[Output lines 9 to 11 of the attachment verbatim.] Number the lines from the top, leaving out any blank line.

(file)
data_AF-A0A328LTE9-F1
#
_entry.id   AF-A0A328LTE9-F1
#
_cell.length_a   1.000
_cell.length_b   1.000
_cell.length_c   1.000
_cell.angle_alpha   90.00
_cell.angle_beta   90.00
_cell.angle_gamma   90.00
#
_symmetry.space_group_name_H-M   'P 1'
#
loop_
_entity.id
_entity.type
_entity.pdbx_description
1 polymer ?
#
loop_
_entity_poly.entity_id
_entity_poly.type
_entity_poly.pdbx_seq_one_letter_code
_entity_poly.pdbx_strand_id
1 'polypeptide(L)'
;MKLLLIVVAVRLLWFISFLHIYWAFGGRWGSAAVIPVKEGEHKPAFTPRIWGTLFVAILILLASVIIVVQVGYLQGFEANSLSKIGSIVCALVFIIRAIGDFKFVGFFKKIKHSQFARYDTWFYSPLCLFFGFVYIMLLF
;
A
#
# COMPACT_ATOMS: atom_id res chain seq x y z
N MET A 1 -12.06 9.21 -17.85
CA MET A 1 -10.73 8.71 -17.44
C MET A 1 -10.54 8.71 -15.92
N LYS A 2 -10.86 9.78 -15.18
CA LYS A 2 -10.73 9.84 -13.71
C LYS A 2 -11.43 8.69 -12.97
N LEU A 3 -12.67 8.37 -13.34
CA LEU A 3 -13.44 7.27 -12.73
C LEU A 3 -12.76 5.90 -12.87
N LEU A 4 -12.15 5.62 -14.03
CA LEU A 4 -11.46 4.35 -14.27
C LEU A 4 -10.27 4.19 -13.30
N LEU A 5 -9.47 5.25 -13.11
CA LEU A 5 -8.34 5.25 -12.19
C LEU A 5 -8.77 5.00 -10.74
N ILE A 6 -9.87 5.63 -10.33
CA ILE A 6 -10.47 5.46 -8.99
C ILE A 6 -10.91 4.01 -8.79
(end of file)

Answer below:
_cell.angle_beta   90.00
_cell.angle_gamma   90.00
#